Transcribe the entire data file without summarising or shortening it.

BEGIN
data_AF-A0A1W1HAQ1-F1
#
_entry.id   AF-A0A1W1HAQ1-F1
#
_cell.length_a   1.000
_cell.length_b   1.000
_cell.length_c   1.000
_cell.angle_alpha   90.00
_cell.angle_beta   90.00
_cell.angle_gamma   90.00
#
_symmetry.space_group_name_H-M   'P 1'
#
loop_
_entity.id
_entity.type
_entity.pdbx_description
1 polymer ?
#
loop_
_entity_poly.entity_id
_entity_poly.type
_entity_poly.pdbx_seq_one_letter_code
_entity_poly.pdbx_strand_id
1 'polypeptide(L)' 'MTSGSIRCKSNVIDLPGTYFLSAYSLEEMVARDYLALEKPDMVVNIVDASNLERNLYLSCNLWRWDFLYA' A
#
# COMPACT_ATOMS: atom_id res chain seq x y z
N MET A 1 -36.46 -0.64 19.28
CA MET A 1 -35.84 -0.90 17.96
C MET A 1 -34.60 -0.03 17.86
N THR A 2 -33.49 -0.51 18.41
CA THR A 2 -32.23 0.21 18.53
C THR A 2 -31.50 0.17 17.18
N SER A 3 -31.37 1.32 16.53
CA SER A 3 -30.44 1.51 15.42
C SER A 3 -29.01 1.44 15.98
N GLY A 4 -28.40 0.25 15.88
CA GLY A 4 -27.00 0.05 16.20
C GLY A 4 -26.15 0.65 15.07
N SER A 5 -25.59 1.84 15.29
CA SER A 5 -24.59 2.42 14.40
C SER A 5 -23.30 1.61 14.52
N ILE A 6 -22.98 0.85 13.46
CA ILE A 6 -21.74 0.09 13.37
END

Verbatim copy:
data_AF-A0A1W1HAQ1-F1
#
_entry.id   AF-A0A1W1HAQ1-F1
#
_cell.length_a   1.000
_cell.length_b   1.000
_cell.length_c   1.000
_cell.angle_alpha   90.00
_cell.angle_beta   90.00
_cell.angle_gamma   90.00
#
_symmetry.space_group_name_H-M   'P 1'
#
loop_
_entity.id
_entity.type
_entity.pdbx_description
1 polymer ?
#
loop_
_entity_poly.entity_id
_entity_poly.type
_entity_poly.pdbx_seq_one_letter_code
_entity_poly.pdbx_strand_id
1 'polypeptide(L)' 'MTSGSIRCKSNVIDLPGTYFLSAYSLEEMVARDYLALEKPDMVVNIVDASNLERNLYLSCNLWRWDFLYA' A
#
# COMPACT_ATOMS: atom_id res chain seq x y z
N MET A 1 -36.46 -0.64 19.28
CA MET A 1 -35.84 -0.90 17.96
C MET A 1 -34.60 -0.03 17.86
N THR A 2 -33.49 -0.51 18.41
CA THR A 2 -32.23 0.21 18.53
C THR A 2 -31.50 0.17 17.18
N SER A 3 -31.37 1.32 16.53
CA SER A 3 -30.44 1.51 15.42
C SER A 3 -29.01 1.44 15.98
N GLY A 4 -28.40 0.25 15.88
CA GLY A 4 -27.00 0.05 16.20
C GLY A 4 -26.15 0.65 15.07
N SER A 5 -25.59 1.84 15.29
CA SER A 5 -24.59 2.42 14.40
C SER A 5 -23.30 1.61 14.52
N ILE A 6 -22.98 0.85 13.46
CA ILE A 6 -21.74 0.09 13.37